The gallery certainly does show off the role Britain has played, and a number of British companies including BT and the chip designer ARM Holdings have sponsored the Information Age and supplied exhibits. But, as they wander past early computers like the ACE, designed by Alan Turing, visitors may begin to ask themselves a question.

In a communications world now dominated by the likes of Google, Apple and Facebook, where are the British technology giants that will shape the communications of the future?

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Job centres to get digital makeover

electronic signature and old formThe electronic signature pads will replace traditional forms

The government is investing in a digital revamp of the UK’s job centres.

Electronic pads that recognise job seekers’ signatures using biometric software will be installed at centres around the UK, along with PC workstations and free wi-fi.

The computers operate on the government’s network and share the same level of security against hacking and viruses.

The equipment has been tested at London Bridge Jobcentre.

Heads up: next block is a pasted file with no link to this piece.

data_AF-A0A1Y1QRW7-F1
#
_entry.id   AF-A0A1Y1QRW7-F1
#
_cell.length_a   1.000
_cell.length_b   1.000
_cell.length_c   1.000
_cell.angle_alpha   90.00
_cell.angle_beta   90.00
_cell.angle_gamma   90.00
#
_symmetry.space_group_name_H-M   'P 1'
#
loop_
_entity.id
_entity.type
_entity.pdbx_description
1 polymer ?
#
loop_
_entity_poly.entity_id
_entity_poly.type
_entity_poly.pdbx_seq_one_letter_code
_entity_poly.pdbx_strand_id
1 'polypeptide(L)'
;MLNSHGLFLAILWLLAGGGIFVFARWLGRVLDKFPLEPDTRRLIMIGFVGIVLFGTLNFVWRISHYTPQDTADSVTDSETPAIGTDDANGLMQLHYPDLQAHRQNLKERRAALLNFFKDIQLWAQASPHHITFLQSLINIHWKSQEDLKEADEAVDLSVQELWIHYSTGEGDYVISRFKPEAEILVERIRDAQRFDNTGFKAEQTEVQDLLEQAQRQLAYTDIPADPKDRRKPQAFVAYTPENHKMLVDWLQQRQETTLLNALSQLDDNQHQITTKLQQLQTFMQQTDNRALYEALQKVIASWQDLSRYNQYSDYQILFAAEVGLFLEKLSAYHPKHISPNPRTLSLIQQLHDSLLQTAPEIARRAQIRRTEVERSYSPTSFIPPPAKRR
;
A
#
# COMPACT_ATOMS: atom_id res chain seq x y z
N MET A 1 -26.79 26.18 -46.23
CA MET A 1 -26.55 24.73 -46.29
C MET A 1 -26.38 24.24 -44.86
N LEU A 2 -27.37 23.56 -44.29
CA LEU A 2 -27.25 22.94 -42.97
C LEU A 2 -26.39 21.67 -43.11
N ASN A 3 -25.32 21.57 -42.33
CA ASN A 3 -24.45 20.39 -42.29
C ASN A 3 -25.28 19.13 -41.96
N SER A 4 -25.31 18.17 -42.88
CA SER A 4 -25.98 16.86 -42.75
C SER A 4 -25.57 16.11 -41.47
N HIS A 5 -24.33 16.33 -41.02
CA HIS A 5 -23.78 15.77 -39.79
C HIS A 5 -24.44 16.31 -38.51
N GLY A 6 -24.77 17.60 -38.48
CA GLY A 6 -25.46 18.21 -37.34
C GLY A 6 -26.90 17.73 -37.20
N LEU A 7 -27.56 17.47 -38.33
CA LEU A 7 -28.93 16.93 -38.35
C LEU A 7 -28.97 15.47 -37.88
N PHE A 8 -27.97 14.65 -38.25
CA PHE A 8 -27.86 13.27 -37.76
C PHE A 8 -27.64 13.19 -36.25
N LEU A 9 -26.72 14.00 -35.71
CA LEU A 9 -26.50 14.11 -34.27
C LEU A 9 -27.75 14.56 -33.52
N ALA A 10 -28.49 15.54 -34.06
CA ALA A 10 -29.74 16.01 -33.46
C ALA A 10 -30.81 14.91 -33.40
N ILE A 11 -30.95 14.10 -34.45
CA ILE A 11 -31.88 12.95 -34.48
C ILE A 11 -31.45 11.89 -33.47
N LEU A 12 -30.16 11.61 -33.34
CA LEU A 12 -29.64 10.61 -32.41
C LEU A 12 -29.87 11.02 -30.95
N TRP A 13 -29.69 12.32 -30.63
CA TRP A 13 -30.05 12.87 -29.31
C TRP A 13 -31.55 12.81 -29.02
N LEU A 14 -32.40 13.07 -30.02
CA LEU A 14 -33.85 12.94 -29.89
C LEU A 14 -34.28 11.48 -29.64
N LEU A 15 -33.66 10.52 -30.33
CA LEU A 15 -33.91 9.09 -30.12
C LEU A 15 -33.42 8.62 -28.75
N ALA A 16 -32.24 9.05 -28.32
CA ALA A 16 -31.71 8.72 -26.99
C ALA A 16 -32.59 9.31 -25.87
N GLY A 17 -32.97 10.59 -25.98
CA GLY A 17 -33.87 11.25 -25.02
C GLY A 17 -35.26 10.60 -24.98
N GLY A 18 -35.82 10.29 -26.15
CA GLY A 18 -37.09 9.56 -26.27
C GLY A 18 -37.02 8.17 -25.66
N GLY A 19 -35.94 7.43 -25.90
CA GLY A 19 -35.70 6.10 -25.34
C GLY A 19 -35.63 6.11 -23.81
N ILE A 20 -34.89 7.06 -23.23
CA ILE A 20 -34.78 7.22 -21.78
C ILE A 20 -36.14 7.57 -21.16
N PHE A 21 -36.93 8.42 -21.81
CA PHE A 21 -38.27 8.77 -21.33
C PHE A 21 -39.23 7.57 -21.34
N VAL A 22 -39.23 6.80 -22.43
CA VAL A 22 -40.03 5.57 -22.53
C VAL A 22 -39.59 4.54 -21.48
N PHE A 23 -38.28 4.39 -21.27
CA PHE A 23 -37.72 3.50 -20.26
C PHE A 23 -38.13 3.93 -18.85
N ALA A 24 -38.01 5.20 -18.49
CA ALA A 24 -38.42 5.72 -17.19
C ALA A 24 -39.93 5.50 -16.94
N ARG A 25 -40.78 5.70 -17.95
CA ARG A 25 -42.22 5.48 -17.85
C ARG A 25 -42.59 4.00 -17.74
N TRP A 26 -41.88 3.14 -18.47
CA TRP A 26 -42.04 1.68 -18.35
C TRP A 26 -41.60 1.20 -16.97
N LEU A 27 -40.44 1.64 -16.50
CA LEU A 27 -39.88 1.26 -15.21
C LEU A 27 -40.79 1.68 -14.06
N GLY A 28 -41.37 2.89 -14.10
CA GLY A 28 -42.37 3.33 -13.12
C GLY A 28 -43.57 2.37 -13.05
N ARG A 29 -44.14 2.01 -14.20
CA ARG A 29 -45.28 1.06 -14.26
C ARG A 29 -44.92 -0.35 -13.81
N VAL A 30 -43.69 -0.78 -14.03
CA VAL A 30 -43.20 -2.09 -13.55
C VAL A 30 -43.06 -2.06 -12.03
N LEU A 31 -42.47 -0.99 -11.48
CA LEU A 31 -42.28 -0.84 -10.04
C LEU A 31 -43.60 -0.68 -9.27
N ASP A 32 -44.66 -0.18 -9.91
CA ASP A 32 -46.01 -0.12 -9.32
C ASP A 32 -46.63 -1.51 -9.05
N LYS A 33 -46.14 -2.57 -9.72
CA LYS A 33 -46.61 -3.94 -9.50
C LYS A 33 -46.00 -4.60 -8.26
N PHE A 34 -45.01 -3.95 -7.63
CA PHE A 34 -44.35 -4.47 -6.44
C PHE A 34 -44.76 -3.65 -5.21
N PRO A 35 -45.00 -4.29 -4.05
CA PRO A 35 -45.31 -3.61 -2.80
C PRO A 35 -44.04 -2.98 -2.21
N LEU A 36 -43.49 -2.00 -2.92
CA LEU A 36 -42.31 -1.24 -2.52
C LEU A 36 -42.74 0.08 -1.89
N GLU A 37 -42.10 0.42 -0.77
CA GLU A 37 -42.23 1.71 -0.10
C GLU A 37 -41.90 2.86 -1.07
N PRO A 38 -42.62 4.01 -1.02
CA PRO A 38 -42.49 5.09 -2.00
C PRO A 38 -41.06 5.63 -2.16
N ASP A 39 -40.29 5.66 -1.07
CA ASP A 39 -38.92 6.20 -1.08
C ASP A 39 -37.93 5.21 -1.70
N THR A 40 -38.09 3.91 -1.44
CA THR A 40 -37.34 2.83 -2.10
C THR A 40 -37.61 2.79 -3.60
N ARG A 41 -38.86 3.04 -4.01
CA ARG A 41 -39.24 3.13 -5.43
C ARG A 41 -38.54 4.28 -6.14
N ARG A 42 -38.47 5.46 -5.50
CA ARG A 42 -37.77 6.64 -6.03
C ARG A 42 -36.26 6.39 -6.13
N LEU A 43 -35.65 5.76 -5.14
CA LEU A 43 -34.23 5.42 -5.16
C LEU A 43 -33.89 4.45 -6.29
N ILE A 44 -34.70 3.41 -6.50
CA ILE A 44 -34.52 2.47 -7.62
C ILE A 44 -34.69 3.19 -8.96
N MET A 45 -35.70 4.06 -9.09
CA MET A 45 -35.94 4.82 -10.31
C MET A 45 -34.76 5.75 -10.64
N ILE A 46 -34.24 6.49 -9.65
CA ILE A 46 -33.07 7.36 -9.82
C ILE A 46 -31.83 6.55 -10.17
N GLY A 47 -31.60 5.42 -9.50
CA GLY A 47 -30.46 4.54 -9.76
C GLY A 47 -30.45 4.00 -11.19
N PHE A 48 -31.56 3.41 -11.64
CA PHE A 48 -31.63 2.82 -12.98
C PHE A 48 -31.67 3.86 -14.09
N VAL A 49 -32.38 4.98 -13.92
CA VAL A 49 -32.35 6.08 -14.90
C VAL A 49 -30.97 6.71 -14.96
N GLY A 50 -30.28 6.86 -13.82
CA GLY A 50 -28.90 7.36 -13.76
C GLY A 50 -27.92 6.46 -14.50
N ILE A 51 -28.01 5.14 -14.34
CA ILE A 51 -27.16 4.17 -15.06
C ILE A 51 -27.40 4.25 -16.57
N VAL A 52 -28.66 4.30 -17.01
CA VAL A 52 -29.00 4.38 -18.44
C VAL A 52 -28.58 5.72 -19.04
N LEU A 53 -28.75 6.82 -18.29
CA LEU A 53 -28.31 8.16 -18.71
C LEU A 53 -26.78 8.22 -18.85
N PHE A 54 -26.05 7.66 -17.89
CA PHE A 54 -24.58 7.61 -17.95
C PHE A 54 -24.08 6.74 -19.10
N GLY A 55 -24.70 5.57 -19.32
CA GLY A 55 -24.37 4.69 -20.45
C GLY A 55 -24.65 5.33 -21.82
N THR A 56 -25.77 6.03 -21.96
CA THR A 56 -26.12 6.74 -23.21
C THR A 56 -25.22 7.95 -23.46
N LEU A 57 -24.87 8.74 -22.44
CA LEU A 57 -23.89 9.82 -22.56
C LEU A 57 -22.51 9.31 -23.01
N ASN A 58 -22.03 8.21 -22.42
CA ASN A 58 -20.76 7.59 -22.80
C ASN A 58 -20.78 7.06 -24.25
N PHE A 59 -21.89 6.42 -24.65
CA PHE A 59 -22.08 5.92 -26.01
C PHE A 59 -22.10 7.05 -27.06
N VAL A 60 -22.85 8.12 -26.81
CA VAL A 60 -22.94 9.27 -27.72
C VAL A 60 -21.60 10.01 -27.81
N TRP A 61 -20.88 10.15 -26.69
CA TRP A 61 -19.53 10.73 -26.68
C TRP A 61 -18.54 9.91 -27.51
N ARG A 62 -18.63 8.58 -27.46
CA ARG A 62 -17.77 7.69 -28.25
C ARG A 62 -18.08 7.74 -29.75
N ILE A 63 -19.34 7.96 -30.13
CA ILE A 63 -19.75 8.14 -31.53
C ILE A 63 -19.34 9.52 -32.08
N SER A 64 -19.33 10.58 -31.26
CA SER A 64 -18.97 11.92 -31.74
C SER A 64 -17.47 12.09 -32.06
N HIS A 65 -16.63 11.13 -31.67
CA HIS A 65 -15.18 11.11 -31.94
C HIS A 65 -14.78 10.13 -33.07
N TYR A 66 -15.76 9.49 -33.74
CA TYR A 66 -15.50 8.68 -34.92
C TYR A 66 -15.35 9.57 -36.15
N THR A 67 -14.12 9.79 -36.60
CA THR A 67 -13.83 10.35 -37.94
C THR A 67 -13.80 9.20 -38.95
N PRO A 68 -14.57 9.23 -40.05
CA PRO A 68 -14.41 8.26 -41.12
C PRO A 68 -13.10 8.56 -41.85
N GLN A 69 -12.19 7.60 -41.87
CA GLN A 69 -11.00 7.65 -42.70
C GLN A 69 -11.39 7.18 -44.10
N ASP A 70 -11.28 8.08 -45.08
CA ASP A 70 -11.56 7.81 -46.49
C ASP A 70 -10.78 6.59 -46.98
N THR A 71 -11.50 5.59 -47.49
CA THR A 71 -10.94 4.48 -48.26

“We’ve moved away from customers coming in and standing in a queue waiting to be directed,” said Baljeet Mahal, the branch’s customer services manager.

“We don’t have podiums, we don’t have public-access phones.

“If you look back to Job Centre Plus from years ago, we had boards with paper cards with vacancies on them – we don’t have those anymore.”

The Department for Work and Pensions, which runs the job centres, estimates that installing the computers will save £2m per year.

While their use will not be not monitored formally, Ms Mahal said the screens were visible and staff would “have a chat” if they saw people using them for purposes other than job hunting.

Business analyst John Oldroyd told the BBC that cyber-security was crucial for all new equipment.

job seekerJob seekers can search for jobs, calculate benefits and update their CVs at the in-house computers.

“I think every organisation is a target for hackers,” he said.

“Security is a high priority for every system we introduced.

“It’s all protected by the Department for Work and Pensions network, there are several firewalls in place.”

He added that the signature pads had been designed to store data securely.

“The signature pad is used in banks in central Europe,” he said.

“It uses biometric software, which measures how somebody writes their signature.

“It’s not concerned so much with the image, but the way you write it – it’s very consistent and individual to you like a fingerprint.”

The overall signature also has to correspond at least 80% with six sample signatures, which each individual job seeker has to provide the first time they use the device.